Expression pattern of carotenoid biosynthesis genes during papaya fruit development
The fruit color of papaya is determined by accumulation of different types of carotenoid compositions and content, and the expression level of the carotenoid biosynthesis genes play important roles in papaya flesh color, fruit firmness, and nutritional profile during papaya fruit development. To understand carotenoid biosynthesis genes’ expression pattern during papaya fruit ripening, RNA-Seq analysis was performed to detect carotenoid-related genes’ expression level during five stages of fruit development (Supplement Fig. S2). CpCYC-B, CpCHY-B, and CpLCY-B were significantly upregulated during fruit ripening; CpZDS, CpPDS, and CpLCY-E were also upregulated from stage 3 (50% ripening stage) to stage 5 (100% ripening stage) (Fig. 1).
Identification and characterization of putative transcription factors involved in CpCYC-B and CpLCY-B regulation
To further analyze the potential transcription factors regulating carotenoid biosynthesis genes involved in papaya fruit ripening, RNA-Seq analysis was implemented using libraries constructed from papaya varieties SunUp (from S1 to S5) and AU9 (GRN, CB, and RP) fruit at different developmental stages. To calculate reads per kilo bases per million reads (RPKM), significant expressed tags in different samples were identified. The differentially expressed transcription factors in SunUp and AU9 samples were identified based on the following criteria: P < 0.01, FDR < 0.01, and fold change >2. Expression profiles of different TFs were classified as bHLH, GRAS, SBP, and bZIP between the first stage and the final stage in SunUp and AU9 cultivars. In total, 23 and 27 different expressed TFs were identified in SunUp and AU9, respectively. Most TFs were downregulated in two cultivars. Of the 23 TFs in Sunup, 17 TFs, including bHLHs, C2H2s, and GRFs, were downregulated, and 5 TFs, including bZIP and B3, were upregulated. Of the 27 TFs in AU9, 21 TFs, including BES1, WRKY, and TCP, were downregulated, and 6 TFs, including bZIP and AP2, were upregulated (Fig. 2). Some of transcription factors were selected for further analysis.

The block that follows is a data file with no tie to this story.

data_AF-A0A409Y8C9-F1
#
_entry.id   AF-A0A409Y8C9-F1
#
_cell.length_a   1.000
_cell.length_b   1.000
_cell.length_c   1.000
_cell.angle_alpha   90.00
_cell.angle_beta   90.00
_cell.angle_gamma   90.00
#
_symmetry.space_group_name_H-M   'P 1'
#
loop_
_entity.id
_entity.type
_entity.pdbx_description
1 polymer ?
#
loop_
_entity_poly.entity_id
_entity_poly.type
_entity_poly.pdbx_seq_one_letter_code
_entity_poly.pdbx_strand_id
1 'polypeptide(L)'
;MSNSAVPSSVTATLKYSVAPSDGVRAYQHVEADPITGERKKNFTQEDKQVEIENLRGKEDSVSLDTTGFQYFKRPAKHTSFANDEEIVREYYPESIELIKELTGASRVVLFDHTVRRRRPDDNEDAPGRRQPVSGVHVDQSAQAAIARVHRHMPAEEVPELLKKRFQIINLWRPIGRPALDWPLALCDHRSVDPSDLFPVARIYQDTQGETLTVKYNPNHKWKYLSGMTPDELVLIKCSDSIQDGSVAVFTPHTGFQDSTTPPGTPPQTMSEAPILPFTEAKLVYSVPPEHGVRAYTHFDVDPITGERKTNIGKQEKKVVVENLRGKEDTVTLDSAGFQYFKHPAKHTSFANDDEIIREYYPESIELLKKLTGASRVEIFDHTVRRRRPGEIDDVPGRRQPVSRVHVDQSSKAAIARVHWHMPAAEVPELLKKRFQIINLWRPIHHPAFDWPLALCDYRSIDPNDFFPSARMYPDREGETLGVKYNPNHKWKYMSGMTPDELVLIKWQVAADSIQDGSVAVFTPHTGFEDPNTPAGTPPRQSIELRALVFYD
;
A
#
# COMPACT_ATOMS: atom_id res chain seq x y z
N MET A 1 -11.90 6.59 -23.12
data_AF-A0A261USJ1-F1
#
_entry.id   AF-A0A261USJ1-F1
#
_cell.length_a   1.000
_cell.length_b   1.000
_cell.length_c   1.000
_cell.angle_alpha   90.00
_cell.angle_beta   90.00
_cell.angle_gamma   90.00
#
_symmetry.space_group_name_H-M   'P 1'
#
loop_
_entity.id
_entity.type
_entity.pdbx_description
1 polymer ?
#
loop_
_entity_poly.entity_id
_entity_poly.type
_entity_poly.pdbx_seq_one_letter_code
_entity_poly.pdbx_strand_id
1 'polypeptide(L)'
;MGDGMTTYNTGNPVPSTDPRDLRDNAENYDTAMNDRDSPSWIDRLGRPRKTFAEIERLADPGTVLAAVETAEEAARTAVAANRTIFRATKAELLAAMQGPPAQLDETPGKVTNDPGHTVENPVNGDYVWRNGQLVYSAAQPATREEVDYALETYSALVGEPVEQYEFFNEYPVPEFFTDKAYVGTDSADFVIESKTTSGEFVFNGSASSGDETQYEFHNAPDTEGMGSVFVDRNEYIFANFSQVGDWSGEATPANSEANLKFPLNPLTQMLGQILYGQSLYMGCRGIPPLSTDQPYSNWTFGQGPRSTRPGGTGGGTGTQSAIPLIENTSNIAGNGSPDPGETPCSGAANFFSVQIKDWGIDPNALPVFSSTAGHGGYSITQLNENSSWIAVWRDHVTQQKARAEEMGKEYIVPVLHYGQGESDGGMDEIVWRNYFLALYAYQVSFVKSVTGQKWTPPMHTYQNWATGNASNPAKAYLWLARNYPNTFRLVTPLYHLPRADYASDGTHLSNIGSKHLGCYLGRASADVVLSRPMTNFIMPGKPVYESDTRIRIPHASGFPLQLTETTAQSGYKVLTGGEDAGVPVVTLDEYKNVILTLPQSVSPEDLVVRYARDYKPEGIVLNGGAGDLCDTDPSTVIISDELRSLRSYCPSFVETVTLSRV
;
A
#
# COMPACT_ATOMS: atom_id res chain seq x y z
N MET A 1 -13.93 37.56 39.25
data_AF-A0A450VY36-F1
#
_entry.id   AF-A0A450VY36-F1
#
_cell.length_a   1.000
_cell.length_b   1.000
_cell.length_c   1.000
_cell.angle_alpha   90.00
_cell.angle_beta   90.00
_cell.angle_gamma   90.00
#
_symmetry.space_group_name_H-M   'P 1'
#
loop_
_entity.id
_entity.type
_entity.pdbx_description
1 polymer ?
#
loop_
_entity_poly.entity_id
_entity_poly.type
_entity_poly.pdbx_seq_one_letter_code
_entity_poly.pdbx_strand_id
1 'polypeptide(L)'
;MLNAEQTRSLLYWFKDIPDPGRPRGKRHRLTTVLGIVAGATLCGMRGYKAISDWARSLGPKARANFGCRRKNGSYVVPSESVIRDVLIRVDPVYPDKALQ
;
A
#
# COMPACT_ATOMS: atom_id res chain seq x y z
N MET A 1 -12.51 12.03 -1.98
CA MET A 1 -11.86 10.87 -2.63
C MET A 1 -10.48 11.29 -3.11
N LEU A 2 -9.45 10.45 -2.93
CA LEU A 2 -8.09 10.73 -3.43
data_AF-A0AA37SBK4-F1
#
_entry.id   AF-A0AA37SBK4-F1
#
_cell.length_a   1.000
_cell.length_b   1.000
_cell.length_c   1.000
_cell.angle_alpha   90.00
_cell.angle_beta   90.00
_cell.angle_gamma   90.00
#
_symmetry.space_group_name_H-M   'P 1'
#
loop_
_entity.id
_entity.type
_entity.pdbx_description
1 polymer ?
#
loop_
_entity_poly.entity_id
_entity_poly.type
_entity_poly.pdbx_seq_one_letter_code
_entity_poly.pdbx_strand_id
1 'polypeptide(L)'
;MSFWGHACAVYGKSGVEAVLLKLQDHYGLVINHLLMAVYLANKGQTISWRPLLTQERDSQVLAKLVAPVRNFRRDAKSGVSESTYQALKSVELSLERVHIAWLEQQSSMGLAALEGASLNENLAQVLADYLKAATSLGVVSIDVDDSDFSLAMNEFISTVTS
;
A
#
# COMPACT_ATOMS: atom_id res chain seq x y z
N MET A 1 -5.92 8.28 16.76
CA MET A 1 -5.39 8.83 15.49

a Expression pattern of 27 DETFs from green (GRN), color break (CB) to ripeness in AU9 cultivars; b Expression pattern of 23 DETFs from stage 1 (S1) to stage 6 (S6) in SunUp cultivars. The cage of red to blue represents quite different expression level. The highly expressed transcription factors were selected for further analysis. Expression value presented as log2FPKM